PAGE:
The latest Raspberry Pi Zero W comes with wifi and bluetooth built-in at $10. Which is great because it makes it perfect o IoT projects. But if you had previously bought a bunch of Raspberry Pi Zero or want to keep the new Raspberry Pi Zero projects low cost, you probably will go with the option of adding WiFi easily and cleanly to your existing or new Raspberry Pi Zero boards; without adding much bulk to the compact board.
To add wifi you need to get the micro sized USB dongles that has supported chipsets to avoid the hassles of installing custom driver. There are plenty of options on eBay with prices varying from $2 to $5. The generic ones comes with just the marking of 802.11n marking on the dongle and usually looks like the following. A lot of listings mentions if the dongle is supported by Raspberry Pi or not.
I purchased couple of these on eBay few years back for my very early Raspberry Pi v1 boards and these work perfectly. These are advertised to have 150Mbps max speed. The size of the circuit board inside these dongles makes it very suitable to add wifi to Raspberry pi Zero boards without adding any bulk to the board. Here is how the board looks if you take it out of the plastic casing.
It is quite simple to disassemble these dongles. First you need to slide out the metal part. Then you will need to bend the square plastic frame a bit to slide out circuit board out of the plastic housing. And here is how the plastic casing looks when disassembled:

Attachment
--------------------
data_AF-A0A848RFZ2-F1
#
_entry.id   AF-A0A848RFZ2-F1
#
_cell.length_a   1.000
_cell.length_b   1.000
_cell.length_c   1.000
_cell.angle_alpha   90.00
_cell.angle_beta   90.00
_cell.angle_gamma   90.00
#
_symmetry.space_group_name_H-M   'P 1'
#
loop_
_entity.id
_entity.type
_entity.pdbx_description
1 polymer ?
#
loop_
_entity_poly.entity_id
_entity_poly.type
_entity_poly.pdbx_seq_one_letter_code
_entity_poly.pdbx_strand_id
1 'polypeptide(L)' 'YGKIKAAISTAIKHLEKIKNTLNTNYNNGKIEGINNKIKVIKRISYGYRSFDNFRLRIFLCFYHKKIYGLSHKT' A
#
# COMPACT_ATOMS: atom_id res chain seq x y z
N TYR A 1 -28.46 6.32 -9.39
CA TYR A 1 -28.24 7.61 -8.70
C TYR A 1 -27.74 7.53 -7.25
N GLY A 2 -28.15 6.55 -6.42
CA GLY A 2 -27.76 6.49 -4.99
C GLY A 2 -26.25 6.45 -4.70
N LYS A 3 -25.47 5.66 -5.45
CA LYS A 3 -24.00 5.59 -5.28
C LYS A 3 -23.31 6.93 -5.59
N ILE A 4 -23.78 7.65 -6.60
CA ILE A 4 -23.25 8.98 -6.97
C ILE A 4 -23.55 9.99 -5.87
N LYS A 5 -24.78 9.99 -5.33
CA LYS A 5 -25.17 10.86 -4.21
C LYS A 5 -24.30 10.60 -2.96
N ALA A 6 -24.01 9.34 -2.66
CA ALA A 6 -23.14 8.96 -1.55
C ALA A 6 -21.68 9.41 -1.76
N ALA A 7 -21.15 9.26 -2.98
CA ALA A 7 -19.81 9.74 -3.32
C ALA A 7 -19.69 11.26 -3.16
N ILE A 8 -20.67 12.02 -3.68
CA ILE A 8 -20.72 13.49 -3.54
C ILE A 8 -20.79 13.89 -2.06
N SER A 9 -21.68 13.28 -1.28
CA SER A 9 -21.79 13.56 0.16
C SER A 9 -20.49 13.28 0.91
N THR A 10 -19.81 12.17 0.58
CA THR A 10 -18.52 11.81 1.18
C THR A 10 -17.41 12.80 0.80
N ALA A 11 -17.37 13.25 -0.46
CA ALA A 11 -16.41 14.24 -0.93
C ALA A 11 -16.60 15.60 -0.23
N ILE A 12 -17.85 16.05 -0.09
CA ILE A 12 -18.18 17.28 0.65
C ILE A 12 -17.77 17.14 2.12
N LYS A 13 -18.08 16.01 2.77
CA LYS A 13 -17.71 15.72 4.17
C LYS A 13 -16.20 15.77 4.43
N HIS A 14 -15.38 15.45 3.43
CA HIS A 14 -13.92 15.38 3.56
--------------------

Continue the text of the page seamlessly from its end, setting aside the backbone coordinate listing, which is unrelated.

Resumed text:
The following diagram shows how to connect the exposed USB connection pads on the USB dongle to the populated 5v, GND, D+, D- pads on the reverse side of the Raspberry Pi Zero board.
I soldered 4 pieces of very thin wires to the USB dongle’s USB connection pads first and sticked one layer of Kapton tape to make sure the parts on this side of the board does not make any contact on the parts on the Raspberry Pi Zero board when I am going to stick this board near the logo area of the Raspberry Pi Zero board using double sided tape.
Then I positioned the board on the appropriately on the Raspberry Pi Zero board and the double sided tape held it on position.
I ran the four wires between the two USB connectors on the Raspberry Pi Zero board to the other side of the board tightly to be soldered to the populated pads.
Then I soldered the wires tightly by cutting off excess to the populated pads on the Raspberry Pi Zero board following the diagram mentioned earlier in this post. Here is how it looks after everything is soldered.
I am quite happy with the final result as it looks quite clean and does not add any bulk to the nice sized Raspberry Pi Zero board; which allows you to use any available Raspberry Pi Zero case or maybe you can also download and 3D print case designs from thingiverse and enclose the board with camera etc. without any hassle of fitting everything in nicely. This installation also does not block any of the header pins.